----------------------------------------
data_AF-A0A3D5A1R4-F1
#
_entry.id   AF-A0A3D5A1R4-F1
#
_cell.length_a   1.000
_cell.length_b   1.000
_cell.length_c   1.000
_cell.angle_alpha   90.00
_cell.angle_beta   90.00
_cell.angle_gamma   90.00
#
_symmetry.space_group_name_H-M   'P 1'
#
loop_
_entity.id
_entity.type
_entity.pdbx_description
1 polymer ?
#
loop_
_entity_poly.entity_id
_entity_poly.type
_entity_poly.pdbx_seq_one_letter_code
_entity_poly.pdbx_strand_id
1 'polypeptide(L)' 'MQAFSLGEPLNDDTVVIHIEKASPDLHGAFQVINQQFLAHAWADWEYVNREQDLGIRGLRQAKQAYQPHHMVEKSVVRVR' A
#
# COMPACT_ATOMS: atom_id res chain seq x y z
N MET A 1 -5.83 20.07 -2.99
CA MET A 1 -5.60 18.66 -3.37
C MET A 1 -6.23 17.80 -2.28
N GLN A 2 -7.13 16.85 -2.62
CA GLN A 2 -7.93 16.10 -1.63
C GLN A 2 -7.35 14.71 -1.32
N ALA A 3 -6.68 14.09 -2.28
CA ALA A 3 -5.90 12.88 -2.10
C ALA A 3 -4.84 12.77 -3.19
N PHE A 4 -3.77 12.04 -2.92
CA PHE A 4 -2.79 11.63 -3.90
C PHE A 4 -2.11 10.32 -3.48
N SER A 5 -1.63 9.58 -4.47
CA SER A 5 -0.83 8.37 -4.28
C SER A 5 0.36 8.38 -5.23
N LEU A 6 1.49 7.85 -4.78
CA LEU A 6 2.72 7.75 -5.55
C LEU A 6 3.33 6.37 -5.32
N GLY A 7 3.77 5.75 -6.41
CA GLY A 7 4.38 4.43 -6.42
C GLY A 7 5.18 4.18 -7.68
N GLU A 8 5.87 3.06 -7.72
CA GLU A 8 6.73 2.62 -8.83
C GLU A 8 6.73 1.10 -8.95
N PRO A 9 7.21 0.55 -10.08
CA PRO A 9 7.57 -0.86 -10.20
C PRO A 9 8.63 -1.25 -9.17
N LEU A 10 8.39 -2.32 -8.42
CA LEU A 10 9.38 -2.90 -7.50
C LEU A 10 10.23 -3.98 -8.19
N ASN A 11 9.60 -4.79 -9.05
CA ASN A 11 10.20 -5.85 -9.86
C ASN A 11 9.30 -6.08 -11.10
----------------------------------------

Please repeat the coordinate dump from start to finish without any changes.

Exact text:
data_AF-A0A3D5A1R4-F1
#
_entry.id   AF-A0A3D5A1R4-F1
#
_cell.length_a   1.000
_cell.length_b   1.000
_cell.length_c   1.000
_cell.angle_alpha   90.00
_cell.angle_beta   90.00
_cell.angle_gamma   90.00
#
_symmetry.space_group_name_H-M   'P 1'
#
loop_
_entity.id
_entity.type
_entity.pdbx_description
1 polymer ?
#
loop_
_entity_poly.entity_id
_entity_poly.type
_entity_poly.pdbx_seq_one_letter_code
_entity_poly.pdbx_strand_id
1 'polypeptide(L)' 'MQAFSLGEPLNDDTVVIHIEKASPDLHGAFQVINQQFLAHAWADWEYVNREQDLGIRGLRQAKQAYQPHHMVEKSVVRVR' A
#
# COMPACT_ATOMS: atom_id res chain seq x y z
N MET A 1 -5.83 20.07 -2.99
CA MET A 1 -5.60 18.66 -3.37
C MET A 1 -6.23 17.80 -2.28
N GLN A 2 -7.13 16.85 -2.62
CA GLN A 2 -7.93 16.10 -1.63
C GLN A 2 -7.35 14.71 -1.32
N ALA A 3 -6.68 14.09 -2.28
CA ALA A 3 -5.90 12.88 -2.10
C ALA A 3 -4.84 12.77 -3.19
N PHE A 4 -3.77 12.04 -2.92
CA PHE A 4 -2.79 11.63 -3.90
C PHE A 4 -2.11 10.32 -3.48
N SER A 5 -1.63 9.58 -4.47
CA SER A 5 -0.83 8.37 -4.28
C SER A 5 0.36 8.38 -5.23
N LEU A 6 1.49 7.85 -4.78
CA LEU A 6 2.72 7.75 -5.55
C LEU A 6 3.33 6.37 -5.32
N GLY A 7 3.77 5.75 -6.41
CA GLY A 7 4.38 4.43 -6.42
C GLY A 7 5.18 4.18 -7.68
N GLU A 8 5.87 3.06 -7.72
CA GLU A 8 6.73 2.62 -8.83
C GLU A 8 6.73 1.10 -8.95
N PRO A 9 7.21 0.55 -10.08
CA PRO A 9 7.57 -0.86 -10.20
C PRO A 9 8.63 -1.25 -9.17
N LEU A 10 8.39 -2.32 -8.42
CA LEU A 10 9.38 -2.90 -7.50
C LEU A 10 10.23 -3.98 -8.19
N ASN A 11 9.60 -4.79 -9.05
CA ASN A 11 10.20 -5.85 -9.86
C ASN A 11 9.30 -6.08 -11.10